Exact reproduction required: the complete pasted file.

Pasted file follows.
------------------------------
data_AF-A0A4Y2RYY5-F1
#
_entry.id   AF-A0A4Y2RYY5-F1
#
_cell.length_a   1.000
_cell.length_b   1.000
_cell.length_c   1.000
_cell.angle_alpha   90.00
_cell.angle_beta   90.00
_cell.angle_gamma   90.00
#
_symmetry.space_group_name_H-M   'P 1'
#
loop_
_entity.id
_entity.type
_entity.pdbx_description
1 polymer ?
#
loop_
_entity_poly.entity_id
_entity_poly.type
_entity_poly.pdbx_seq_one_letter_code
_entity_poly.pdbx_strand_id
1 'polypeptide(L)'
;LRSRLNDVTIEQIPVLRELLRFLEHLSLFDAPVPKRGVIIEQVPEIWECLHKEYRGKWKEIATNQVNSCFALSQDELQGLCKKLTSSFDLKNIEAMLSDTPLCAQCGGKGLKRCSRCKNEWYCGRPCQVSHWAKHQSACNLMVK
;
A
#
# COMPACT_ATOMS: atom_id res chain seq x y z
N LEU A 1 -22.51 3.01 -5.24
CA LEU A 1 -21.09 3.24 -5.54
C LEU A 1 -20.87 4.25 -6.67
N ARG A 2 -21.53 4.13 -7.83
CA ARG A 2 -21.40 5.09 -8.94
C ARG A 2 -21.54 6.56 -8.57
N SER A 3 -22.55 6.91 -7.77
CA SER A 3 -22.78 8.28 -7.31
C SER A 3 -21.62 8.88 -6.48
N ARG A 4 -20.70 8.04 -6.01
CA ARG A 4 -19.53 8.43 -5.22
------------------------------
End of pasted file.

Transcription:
data_AF-A0A4Y2RYY5-F1
#
_entry.id   AF-A0A4Y2RYY5-F1
#
_cell.length_a   1.000
_cell.length_b   1.000
_cell.length_c   1.000
_cell.angle_alpha   90.00
_cell.angle_beta   90.00
_cell.angle_gamma   90.00
#
_symmetry.space_group_name_H-M   'P 1'
#
loop_
_entity.id
_entity.type
_entity.pdbx_description
1 polymer ?
#
loop_
_entity_poly.entity_id
_entity_poly.type
_entity_poly.pdbx_seq_one_letter_code
_entity_poly.pdbx_strand_id
1 'polypeptide(L)'
;LRSRLNDVTIEQIPVLRELLRFLEHLSLFDAPVPKRGVIIEQVPEIWECLHKEYRGKWKEIATNQVNSCFALSQDELQGLCKKLTSSFDLKNIEAMLSDTPLCAQCGGKGLKRCSRCKNEWYCGRPCQVSHWAKHQSACNLMVK
;
A
#
# COMPACT_ATOMS: atom_id res chain seq x y z
N LEU A 1 -22.51 3.01 -5.24
CA LEU A 1 -21.09 3.24 -5.54
C LEU A 1 -20.87 4.25 -6.67
N ARG A 2 -21.53 4.13 -7.83
CA ARG A 2 -21.40 5.09 -8.94
C ARG A 2 -21.54 6.56 -8.57
N SER A 3 -22.55 6.91 -7.77
CA SER A 3 -22.78 8.28 -7.31
C SER A 3 -21.62 8.88 -6.48
N ARG A 4 -20.70 8.04 -6.01
CA ARG A 4 -19.53 8.43 -5.22